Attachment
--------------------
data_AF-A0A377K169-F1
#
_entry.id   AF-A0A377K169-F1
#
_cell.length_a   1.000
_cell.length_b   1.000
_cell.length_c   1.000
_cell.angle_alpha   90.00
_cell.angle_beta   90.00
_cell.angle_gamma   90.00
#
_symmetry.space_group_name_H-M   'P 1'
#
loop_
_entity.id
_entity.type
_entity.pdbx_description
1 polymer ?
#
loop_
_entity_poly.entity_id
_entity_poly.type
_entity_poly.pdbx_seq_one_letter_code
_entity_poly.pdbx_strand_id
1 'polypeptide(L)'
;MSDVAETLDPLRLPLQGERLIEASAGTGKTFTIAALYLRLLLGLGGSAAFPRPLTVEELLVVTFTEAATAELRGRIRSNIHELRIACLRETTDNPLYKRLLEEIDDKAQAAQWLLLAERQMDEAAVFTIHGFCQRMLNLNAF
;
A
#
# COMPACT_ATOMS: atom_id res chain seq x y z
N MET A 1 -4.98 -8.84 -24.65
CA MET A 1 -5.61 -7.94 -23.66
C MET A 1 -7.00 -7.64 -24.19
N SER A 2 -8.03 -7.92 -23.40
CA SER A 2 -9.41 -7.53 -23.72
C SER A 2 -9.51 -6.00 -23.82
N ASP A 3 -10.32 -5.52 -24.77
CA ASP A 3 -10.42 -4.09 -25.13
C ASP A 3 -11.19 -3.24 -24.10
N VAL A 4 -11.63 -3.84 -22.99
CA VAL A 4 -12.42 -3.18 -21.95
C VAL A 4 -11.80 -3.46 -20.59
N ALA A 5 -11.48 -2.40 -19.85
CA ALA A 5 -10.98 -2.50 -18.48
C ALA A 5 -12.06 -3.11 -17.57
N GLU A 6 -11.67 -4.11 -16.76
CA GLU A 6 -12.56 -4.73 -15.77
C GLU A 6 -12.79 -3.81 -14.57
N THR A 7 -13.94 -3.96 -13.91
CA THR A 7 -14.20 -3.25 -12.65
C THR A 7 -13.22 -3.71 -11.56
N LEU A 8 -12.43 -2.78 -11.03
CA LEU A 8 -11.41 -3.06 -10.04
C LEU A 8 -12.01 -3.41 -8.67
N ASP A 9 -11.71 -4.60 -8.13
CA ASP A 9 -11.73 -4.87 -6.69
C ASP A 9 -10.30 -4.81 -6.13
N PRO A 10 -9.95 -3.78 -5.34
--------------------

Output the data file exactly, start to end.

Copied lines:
data_AF-A0A377K169-F1
#
_entry.id   AF-A0A377K169-F1
#
_cell.length_a   1.000
_cell.length_b   1.000
_cell.length_c   1.000
_cell.angle_alpha   90.00
_cell.angle_beta   90.00
_cell.angle_gamma   90.00
#
_symmetry.space_group_name_H-M   'P 1'
#
loop_
_entity.id
_entity.type
_entity.pdbx_description
1 polymer ?
#
loop_
_entity_poly.entity_id
_entity_poly.type
_entity_poly.pdbx_seq_one_letter_code
_entity_poly.pdbx_strand_id
1 'polypeptide(L)'
;MSDVAETLDPLRLPLQGERLIEASAGTGKTFTIAALYLRLLLGLGGSAAFPRPLTVEELLVVTFTEAATAELRGRIRSNIHELRIACLRETTDNPLYKRLLEEIDDKAQAAQWLLLAERQMDEAAVFTIHGFCQRMLNLNAF
;
A
#
# COMPACT_ATOMS: atom_id res chain seq x y z
N MET A 1 -4.98 -8.84 -24.65
CA MET A 1 -5.61 -7.94 -23.66
C MET A 1 -7.00 -7.64 -24.19
N SER A 2 -8.03 -7.92 -23.40
CA SER A 2 -9.41 -7.53 -23.72
C SER A 2 -9.51 -6.00 -23.82
N ASP A 3 -10.32 -5.52 -24.77
CA ASP A 3 -10.42 -4.09 -25.13
C ASP A 3 -11.19 -3.24 -24.10
N VAL A 4 -11.63 -3.84 -22.99
CA VAL A 4 -12.42 -3.18 -21.95
C VAL A 4 -11.80 -3.46 -20.59
N ALA A 5 -11.48 -2.40 -19.85
CA ALA A 5 -10.98 -2.50 -18.48
C ALA A 5 -12.06 -3.11 -17.57
N GLU A 6 -11.67 -4.11 -16.76
CA GLU A 6 -12.56 -4.73 -15.77
C GLU A 6 -12.79 -3.81 -14.57
N THR A 7 -13.94 -3.96 -13.91
CA THR A 7 -14.20 -3.25 -12.65
C THR A 7 -13.22 -3.71 -11.56
N LEU A 8 -12.43 -2.78 -11.03
CA LEU A 8 -11.41 -3.06 -10.04
C LEU A 8 -12.01 -3.41 -8.67
N ASP A 9 -11.71 -4.60 -8.13
CA ASP A 9 -11.73 -4.87 -6.69
C ASP A 9 -10.30 -4.81 -6.13
N PRO A 10 -9.95 -3.78 -5.34